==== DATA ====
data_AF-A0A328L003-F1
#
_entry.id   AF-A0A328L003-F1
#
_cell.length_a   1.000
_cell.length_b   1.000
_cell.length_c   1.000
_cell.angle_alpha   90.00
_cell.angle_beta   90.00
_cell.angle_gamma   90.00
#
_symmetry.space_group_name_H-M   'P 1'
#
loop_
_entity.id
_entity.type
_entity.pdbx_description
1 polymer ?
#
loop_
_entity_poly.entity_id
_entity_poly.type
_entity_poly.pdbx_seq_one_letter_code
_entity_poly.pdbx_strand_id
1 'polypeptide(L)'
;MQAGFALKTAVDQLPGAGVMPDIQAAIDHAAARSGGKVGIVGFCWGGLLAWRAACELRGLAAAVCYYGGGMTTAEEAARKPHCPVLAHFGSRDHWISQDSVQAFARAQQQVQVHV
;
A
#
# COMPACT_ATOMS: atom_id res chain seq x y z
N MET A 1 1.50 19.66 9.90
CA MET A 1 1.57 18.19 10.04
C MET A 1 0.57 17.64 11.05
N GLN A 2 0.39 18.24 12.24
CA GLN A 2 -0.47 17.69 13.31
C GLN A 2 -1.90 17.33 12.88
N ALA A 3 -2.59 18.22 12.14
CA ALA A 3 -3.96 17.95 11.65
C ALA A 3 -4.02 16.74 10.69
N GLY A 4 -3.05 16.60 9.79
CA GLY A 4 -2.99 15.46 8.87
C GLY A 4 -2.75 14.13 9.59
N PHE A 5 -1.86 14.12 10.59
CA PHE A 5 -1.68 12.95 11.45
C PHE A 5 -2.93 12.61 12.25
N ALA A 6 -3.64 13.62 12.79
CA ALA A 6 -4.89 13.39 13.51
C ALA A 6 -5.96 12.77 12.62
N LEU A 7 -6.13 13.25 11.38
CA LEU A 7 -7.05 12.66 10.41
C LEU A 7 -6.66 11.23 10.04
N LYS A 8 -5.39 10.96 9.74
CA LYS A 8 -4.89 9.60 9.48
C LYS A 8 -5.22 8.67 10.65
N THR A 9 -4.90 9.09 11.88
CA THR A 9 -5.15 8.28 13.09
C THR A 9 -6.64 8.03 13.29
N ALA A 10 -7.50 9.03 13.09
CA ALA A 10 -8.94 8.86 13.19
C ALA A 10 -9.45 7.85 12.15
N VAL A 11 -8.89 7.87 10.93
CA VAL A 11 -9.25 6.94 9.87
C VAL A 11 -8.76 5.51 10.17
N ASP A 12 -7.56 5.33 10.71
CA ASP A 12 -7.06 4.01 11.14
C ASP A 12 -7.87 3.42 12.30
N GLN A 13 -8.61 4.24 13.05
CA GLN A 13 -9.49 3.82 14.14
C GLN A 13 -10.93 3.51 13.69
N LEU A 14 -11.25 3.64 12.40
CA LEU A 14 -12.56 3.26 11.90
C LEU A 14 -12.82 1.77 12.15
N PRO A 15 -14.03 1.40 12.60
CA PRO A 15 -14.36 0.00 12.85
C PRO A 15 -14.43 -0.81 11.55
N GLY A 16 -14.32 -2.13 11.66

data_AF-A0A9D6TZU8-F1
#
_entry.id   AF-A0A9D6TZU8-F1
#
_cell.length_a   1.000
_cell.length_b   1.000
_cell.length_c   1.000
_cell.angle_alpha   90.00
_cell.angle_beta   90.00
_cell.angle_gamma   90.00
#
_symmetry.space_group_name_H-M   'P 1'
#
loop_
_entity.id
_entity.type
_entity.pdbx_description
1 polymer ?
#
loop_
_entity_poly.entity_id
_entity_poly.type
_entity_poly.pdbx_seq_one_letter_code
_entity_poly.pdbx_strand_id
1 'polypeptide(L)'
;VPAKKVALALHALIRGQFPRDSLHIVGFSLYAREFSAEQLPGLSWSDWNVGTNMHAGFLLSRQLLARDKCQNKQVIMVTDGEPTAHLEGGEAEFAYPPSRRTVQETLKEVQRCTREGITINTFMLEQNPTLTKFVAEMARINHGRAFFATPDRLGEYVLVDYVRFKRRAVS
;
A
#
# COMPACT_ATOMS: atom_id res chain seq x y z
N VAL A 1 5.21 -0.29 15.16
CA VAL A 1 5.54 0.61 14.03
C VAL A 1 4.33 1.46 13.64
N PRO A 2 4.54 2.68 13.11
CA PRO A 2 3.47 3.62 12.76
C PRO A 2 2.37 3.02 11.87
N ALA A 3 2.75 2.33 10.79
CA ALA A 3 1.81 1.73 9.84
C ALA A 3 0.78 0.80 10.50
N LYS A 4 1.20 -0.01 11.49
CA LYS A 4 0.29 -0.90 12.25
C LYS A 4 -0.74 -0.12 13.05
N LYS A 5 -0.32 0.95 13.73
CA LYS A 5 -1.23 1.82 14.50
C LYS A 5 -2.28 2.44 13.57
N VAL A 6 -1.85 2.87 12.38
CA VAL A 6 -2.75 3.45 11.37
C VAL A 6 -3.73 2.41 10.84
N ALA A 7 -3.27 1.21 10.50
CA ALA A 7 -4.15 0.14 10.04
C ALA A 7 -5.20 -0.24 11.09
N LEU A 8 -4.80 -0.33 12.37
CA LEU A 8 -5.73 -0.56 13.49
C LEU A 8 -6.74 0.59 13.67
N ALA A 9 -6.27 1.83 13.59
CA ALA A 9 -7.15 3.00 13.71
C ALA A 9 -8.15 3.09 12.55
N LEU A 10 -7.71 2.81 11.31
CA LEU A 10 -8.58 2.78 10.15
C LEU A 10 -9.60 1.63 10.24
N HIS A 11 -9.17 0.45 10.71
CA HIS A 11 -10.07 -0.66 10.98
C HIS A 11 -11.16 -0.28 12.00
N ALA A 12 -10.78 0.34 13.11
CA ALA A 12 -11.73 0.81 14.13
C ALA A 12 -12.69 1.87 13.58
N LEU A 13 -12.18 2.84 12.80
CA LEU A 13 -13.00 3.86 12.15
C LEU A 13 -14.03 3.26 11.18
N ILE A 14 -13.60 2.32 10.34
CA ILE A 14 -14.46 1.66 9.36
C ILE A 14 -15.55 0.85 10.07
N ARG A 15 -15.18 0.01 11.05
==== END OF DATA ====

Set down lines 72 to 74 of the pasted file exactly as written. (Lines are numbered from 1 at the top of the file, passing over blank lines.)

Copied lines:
C LEU A 14 -12.82 1.77 12.15
N PRO A 15 -14.03 1.40 12.60
CA PRO A 15 -14.36 0.00 12.85